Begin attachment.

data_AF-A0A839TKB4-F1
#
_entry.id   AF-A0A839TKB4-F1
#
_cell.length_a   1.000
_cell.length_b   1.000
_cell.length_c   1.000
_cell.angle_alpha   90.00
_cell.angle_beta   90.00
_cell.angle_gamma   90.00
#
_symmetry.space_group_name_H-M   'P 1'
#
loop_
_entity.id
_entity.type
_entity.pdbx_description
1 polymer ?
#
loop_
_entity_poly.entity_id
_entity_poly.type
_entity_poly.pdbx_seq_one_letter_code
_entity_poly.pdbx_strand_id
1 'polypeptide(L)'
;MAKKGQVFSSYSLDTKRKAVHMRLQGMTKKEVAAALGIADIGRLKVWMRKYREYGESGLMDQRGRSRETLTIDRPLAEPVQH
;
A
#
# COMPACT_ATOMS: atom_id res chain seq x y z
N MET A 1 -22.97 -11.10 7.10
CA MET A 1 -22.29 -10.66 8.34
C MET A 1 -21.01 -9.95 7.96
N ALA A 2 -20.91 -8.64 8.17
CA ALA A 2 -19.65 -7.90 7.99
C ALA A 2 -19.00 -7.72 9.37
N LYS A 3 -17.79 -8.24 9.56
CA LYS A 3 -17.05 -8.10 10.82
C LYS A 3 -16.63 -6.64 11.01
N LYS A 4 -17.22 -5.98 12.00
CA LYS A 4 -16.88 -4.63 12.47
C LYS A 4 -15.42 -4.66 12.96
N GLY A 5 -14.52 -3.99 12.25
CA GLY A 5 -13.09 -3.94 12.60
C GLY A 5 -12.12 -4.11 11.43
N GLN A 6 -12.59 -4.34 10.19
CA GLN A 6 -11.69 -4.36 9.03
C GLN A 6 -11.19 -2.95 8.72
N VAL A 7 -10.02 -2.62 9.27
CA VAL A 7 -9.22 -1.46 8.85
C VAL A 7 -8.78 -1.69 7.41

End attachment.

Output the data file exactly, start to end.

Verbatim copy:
data_AF-A0A839TKB4-F1
#
_entry.id   AF-A0A839TKB4-F1
#
_cell.length_a   1.000
_cell.length_b   1.000
_cell.length_c   1.000
_cell.angle_alpha   90.00
_cell.angle_beta   90.00
_cell.angle_gamma   90.00
#
_symmetry.space_group_name_H-M   'P 1'
#
loop_
_entity.id
_entity.type
_entity.pdbx_description
1 polymer ?
#
loop_
_entity_poly.entity_id
_entity_poly.type
_entity_poly.pdbx_seq_one_letter_code
_entity_poly.pdbx_strand_id
1 'polypeptide(L)'
;MAKKGQVFSSYSLDTKRKAVHMRLQGMTKKEVAAALGIADIGRLKVWMRKYREYGESGLMDQRGRSRETLTIDRPLAEPVQH
;
A
#
# COMPACT_ATOMS: atom_id res chain seq x y z
N MET A 1 -22.97 -11.10 7.10
CA MET A 1 -22.29 -10.66 8.34
C MET A 1 -21.01 -9.95 7.96
N ALA A 2 -20.91 -8.64 8.17
CA ALA A 2 -19.65 -7.90 7.99
C ALA A 2 -19.00 -7.72 9.37
N LYS A 3 -17.79 -8.24 9.56
CA LYS A 3 -17.05 -8.10 10.82
C LYS A 3 -16.63 -6.64 11.01
N LYS A 4 -17.22 -5.98 12.00
CA LYS A 4 -16.88 -4.63 12.47
C LYS A 4 -15.42 -4.66 12.96
N GLY A 5 -14.52 -3.99 12.25
CA GLY A 5 -13.09 -3.94 12.60
C GLY A 5 -12.12 -4.11 11.43
N GLN A 6 -12.59 -4.34 10.19
CA GLN A 6 -11.69 -4.36 9.03
C GLN A 6 -11.19 -2.95 8.72
N VAL A 7 -10.02 -2.62 9.27
CA VAL A 7 -9.22 -1.46 8.85
C VAL A 7 -8.78 -1.69 7.41